In accordance with. this invention however, the diaphragm 26 further embodies protective oxide coatings 26.2 and 26.3 which are disposed on the broad concave and convex surfaces of the diaphragm core element 26.1. These protective coatings comprise oxides of metal materials embodied in the diaphragm core element 26.1 and are characterized by being of relatively uniform composition incorporating such metal oxides in relatively high oxidation states. The protective coatings are of substantial thickness, preferably greater than about 100 Angstrom units thickness, and are strongly adherent to the diaphragm core element 26.] such that the coatings remain strongly adhered to .the core element during heating of the diaphragm 26 over a wide temperature range and during the described snap-acting movement of the diaphragm. The coatings are smoothj and readily visible and,

where the diaphragm core elements are formed of stainless steel, are bluish-green in color. Such oxide coatings are readily formed on the stainless steel core element 26.1 in the manner described in the copending application Ser. No. 10,533, filed Feb. 1 l, 1970 by the present inventors, and assigned to the assignee of the present invention. In this regard, it will be understood that although the coatings 26.2 and 26.3 illustrated in FIG. 2 are shown to cover only the broad concave and convex surfaces of the diaphragm core element, the coatings can also cover the edges of the core element within the scope of this invention. As will be understood, the snap-acting diaphragm 32 also preferably embodies a core element of stainless steel or the like having the noted, protective oxide coatings formed on the broad surfaces of the core element.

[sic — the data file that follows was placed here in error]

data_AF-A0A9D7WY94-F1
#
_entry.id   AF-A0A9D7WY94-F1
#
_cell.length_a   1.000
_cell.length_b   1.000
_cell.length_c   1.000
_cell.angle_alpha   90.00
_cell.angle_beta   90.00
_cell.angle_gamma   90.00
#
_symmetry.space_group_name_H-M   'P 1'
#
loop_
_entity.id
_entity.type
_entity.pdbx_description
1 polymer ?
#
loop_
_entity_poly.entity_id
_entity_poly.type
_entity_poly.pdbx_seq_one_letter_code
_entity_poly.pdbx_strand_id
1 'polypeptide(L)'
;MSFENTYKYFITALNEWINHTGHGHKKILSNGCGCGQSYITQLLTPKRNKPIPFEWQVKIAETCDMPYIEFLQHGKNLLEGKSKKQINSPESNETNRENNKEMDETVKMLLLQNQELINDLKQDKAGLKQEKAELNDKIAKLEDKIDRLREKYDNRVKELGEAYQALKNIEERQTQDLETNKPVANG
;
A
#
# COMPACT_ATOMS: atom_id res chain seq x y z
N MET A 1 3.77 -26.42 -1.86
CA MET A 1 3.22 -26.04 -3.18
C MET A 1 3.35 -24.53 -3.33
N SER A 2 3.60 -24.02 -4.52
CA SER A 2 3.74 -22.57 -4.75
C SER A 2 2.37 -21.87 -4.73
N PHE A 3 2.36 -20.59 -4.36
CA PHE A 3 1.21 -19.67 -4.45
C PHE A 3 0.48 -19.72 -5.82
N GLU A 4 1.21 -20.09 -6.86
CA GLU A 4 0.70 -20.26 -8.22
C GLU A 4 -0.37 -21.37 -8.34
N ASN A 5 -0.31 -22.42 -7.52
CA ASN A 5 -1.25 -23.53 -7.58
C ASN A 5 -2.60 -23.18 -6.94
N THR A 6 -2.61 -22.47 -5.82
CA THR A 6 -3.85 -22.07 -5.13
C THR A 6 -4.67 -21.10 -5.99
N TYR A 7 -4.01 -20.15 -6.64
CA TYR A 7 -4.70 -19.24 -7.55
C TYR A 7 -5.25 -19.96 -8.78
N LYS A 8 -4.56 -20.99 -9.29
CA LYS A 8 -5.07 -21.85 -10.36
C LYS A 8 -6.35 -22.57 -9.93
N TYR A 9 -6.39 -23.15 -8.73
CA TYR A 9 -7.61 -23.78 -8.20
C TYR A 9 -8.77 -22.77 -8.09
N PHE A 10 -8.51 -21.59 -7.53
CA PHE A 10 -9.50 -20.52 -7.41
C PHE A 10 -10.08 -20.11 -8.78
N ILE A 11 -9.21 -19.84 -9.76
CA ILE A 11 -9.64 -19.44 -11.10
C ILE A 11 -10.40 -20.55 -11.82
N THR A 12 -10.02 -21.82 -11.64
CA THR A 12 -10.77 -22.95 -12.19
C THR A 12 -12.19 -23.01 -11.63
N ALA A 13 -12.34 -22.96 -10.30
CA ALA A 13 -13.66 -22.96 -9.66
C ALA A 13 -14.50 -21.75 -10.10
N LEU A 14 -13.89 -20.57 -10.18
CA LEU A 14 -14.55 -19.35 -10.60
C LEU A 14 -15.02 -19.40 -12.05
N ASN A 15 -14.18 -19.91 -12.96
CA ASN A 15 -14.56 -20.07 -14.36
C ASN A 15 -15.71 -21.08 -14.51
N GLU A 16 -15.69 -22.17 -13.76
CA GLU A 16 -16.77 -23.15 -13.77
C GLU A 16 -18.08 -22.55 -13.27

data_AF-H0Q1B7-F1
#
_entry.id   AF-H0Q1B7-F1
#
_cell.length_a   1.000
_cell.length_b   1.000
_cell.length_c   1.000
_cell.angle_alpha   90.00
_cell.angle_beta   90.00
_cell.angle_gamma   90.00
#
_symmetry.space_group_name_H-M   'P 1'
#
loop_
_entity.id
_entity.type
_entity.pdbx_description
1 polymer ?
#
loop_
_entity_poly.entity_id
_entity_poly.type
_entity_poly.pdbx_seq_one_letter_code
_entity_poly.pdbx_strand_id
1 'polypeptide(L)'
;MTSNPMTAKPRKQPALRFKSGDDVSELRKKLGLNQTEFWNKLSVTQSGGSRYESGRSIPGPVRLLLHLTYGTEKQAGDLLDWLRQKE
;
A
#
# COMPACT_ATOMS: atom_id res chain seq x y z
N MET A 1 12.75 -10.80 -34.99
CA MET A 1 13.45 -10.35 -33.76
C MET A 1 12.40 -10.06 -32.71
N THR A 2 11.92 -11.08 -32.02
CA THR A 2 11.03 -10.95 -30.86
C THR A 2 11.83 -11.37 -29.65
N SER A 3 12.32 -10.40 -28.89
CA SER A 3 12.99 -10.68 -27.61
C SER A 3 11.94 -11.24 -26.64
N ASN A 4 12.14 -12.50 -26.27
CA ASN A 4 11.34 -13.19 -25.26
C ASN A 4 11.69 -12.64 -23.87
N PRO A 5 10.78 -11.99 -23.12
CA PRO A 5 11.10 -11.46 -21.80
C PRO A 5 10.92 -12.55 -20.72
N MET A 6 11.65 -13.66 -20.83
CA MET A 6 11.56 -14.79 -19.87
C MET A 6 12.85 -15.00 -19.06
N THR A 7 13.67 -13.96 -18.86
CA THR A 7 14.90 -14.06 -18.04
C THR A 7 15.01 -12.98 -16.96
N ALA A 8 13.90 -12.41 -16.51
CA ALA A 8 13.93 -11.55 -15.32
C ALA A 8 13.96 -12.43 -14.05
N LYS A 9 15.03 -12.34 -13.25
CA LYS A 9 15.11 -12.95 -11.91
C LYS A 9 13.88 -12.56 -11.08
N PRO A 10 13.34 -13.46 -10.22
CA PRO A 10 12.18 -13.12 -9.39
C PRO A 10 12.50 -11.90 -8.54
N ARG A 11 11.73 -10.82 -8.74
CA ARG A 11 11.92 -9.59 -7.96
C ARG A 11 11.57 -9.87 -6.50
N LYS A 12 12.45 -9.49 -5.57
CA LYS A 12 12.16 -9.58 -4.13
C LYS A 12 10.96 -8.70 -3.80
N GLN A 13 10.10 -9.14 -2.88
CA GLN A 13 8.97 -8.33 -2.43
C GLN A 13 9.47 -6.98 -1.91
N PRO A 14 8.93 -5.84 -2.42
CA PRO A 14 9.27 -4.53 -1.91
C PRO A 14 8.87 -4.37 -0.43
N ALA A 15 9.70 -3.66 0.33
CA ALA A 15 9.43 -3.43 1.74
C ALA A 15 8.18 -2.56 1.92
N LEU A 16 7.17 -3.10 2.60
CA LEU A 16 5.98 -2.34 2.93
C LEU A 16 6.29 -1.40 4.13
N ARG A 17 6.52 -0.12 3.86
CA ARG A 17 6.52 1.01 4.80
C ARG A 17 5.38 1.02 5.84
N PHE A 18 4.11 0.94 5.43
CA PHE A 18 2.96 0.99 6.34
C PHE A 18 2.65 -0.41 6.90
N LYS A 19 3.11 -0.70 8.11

In operation of the pressure switch 10 above described, the switch is positioned with respect to a pressurized fluid zone such that the port 42 of the switch communicates with the zone for exposing the diaphragms 26'and 32 to the fluid pressures in the zone. The diaphragms normally cooperate with each other to retain the dished diaphragm configurations illustrated in FIG. 1 during normal variations of fluid pressure in the zone but, when fluid pressure in the zone increases to selected, relatively higher, abnormal pressure levels, the diaphragms 26 and 32 move with snap-action to their inverted dished configuration. This snap-acting motion is then transmitted through the motion transfer pin 50 to the spring 72 for closing the contacts 74 and 70 to indicate that fluid pressure in the zone has reached said selected, abnormally high levels.